I had some finishing touches on those transitions, then I could work on creating more actual content for the game.
Sprint 48: Pre-production and initialization
Planned and complete:
- Move between rooms of house by doorways/stairwells
Unplanned and incomplete:
- Redo intro to be more interactive
As I last reported, at the end of the previous week, transitions between rooms looked like this:
But halfway through last week, I added some character movement:
And then with a little more work that same day, the walking animation now looks like this:
Seriously, that’s adorable, right?
I’m actually impressed with how great it feels even though it is slower. In order to sell the bouncing movement and have it read well, I had to double time pre- and post- transition walking animations, yet it isn’t noticeable that the total transition time has increased from 1 second to 1.5 seconds.
Redoing the intro
So, my rough plan was to finish the transitions animations and then immediately set to work on the dungeon.
But I remembered that I hated the intro sequence I had created.
It was basically one long, unskippable cutscene, and I wanted something better.
So I set out to make my intro much more interactive.
I broke up the long intro into smaller pieces, so there is now only a few pieces of dialogue to introduce the main character, the Explorer’s Club, and setting the tone “We have an Explorer’s Club, but we live in a boring town, so we’re not really explorers, but we’re inducting a new member today!” , and then you can do whatever you want.
Well, within limits. To keep the player focused, the entire game at this point is purposefully isolated to the bedroom where the Explorer’s Club is having its meeting. While I could allow the player free movement, at this point, the Explorer’s Club meeting is going to be a bit of a tutorial to onboard new players into how to interact with the characters of the world.
So while I had a way to start scripts based on the player entering a room, I needed new code to prevent a player from leaving a room in the first place.
Instead of catching the end of the initiation ceremony, you can now start it.
To do so, I want the player to talk to the person who is joining, ask about the club, and have them say, “I am ready!” And then give the player the option to say “Hold on…” or “Let’s start the ceremony”.
And instead of pre-scripting the entire ceremony, I think it would be neat to have the player ask X questions of the initiate, and then end the ceremony after the last question is asked by doing a short pre-scripted sequence.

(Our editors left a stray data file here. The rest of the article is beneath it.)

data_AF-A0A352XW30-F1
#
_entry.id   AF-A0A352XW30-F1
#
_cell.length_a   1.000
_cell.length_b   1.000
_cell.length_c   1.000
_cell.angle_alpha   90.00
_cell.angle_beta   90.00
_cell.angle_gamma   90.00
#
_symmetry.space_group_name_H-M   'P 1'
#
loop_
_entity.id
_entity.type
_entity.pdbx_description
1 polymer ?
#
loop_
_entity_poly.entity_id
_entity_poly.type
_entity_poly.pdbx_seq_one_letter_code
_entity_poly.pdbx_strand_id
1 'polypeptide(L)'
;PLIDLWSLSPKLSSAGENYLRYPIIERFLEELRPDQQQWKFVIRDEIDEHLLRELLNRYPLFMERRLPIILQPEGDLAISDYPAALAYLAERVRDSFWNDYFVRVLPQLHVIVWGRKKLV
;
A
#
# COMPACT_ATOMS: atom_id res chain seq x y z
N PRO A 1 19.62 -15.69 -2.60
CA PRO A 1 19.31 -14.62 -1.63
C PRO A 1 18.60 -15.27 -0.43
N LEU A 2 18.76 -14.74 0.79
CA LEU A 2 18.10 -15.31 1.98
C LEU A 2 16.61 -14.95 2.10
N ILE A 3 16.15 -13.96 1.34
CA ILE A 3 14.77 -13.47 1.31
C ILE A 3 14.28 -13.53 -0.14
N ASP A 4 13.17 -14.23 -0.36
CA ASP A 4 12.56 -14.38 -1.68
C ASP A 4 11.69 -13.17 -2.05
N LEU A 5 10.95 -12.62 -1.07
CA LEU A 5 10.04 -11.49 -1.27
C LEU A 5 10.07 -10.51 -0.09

BUT despite many months of work I have done before, and the work I’ve done on asking questions and producing generated dialogue in particular, I didn’t have any code to support generating an arbitrary, pre-scripted response to a question you might ask. So I needed new code for that, too.
Well, I was delightfully surprised at how quickly I was able to add that code and see it working in-game.
Here’s the script that starts when the player tries to leave the room before they have initiated the new member ceremony:
And here’s part of the ceremony, in which the player asks the initiate some questions:
This dynamic quiz is hardcoded, but it makes use of various flags, commands, and code to track how many questions there are left. The player can ask in any order, and while it doesn’t matter yet, there could be other situations in which what was chosen and in what order might make an impactful difference on the player’s experience.
What’s left for the intro
Once the ceremony is over, which involves Pat reciting the Explorer’s Club oath, the mood should be anticlimactic. The Explorer’s Club isn’t actively doing any exploring or going on quests, after all.
Then I want the club members to propose a quest to get snacks, which involves the player going to the kitchen to meet their parents, who will still tell them to get pickles in the basement.
To make that part interactive as well, I will need to add some code that allows the player to click on items in the background, such as the shelving in the basement.
And only then will the secret basement door to the secret basement room will be revealed.
Revisiting the intro sequence to make it more engaging for the player has led me to add code to make things happen that I couldn’t do before, and at the start of the week I was worried that it was going to be a lot of work and that I was very far away from anything playable even after a year of working on this project.
But while it is true that there is quite a bit left to do, I am finding the work of adding the capabilities into the project aren’t as big of a lift as I was worried it was going to be.
Thanks for reading!
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